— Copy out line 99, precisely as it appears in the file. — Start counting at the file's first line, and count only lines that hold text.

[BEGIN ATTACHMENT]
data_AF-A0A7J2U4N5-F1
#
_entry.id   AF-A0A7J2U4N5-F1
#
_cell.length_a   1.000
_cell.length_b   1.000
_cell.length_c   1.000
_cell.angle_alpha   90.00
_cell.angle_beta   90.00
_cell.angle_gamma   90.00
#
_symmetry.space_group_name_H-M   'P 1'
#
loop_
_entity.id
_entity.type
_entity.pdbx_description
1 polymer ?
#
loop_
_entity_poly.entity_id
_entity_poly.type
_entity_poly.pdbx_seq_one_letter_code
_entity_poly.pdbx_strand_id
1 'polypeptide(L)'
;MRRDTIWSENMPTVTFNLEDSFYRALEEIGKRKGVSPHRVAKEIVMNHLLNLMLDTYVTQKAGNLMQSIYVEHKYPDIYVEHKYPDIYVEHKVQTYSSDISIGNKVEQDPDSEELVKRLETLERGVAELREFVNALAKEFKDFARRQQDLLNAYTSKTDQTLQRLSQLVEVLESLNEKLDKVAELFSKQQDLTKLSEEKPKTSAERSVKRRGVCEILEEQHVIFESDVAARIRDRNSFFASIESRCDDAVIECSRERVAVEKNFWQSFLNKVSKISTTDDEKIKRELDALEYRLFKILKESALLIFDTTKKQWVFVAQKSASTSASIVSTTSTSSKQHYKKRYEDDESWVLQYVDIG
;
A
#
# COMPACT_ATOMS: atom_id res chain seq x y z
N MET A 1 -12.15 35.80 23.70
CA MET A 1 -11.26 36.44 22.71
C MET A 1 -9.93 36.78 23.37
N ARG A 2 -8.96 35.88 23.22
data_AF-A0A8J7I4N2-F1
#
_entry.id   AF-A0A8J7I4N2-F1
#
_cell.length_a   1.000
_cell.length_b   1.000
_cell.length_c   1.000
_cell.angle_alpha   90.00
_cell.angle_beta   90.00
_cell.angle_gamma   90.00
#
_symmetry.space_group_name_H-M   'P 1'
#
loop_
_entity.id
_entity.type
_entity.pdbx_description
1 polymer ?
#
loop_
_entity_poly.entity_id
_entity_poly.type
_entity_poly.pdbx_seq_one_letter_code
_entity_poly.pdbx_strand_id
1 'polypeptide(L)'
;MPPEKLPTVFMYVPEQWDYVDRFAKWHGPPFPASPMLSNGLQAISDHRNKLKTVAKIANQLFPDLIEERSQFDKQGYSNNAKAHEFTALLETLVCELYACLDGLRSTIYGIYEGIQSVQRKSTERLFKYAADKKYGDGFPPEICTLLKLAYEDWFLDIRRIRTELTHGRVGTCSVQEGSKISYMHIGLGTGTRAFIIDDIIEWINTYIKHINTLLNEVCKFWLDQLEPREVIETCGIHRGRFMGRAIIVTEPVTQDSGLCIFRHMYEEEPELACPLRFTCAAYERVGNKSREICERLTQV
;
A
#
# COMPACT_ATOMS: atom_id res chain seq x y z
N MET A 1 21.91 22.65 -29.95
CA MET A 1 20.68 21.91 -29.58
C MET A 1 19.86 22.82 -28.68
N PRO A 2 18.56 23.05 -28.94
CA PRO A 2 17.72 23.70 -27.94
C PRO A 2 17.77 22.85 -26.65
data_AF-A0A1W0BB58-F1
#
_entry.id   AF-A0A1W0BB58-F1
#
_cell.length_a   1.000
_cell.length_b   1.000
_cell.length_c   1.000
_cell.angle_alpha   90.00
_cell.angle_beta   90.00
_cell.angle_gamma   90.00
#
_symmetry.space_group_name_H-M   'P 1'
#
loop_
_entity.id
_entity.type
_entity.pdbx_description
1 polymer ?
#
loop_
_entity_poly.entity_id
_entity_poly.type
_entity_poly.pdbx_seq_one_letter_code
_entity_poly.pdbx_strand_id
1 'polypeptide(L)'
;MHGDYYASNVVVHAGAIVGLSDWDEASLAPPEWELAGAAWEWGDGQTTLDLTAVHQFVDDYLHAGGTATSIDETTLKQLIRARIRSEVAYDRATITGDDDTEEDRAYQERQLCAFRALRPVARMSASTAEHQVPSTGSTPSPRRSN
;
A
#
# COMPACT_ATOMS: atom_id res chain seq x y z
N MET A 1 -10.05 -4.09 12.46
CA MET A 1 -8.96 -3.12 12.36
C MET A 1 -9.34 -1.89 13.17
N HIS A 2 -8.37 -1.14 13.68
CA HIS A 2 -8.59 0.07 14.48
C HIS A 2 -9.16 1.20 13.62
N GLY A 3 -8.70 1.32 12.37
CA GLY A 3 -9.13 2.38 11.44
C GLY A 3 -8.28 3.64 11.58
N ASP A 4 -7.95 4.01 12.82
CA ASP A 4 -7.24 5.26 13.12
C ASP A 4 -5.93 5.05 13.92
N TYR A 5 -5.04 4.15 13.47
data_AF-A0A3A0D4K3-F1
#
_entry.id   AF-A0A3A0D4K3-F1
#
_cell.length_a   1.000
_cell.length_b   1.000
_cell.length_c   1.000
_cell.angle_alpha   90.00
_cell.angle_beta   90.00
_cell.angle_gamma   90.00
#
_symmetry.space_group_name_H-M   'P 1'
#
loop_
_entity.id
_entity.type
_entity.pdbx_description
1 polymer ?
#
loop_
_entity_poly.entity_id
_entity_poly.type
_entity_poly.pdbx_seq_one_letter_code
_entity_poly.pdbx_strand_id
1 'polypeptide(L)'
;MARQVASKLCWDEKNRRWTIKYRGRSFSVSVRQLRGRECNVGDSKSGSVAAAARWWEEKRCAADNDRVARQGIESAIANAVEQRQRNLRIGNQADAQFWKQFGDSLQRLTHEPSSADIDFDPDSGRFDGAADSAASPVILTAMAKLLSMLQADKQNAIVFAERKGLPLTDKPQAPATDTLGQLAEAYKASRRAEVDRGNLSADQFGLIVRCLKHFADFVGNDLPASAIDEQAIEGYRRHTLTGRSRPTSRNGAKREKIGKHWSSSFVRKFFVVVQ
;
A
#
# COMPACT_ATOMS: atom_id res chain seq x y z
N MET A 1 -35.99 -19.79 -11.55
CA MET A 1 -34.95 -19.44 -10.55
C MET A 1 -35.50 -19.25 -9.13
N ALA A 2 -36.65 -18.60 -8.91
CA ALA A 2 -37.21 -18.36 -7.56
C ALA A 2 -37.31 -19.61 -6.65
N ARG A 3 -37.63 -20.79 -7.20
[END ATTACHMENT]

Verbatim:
#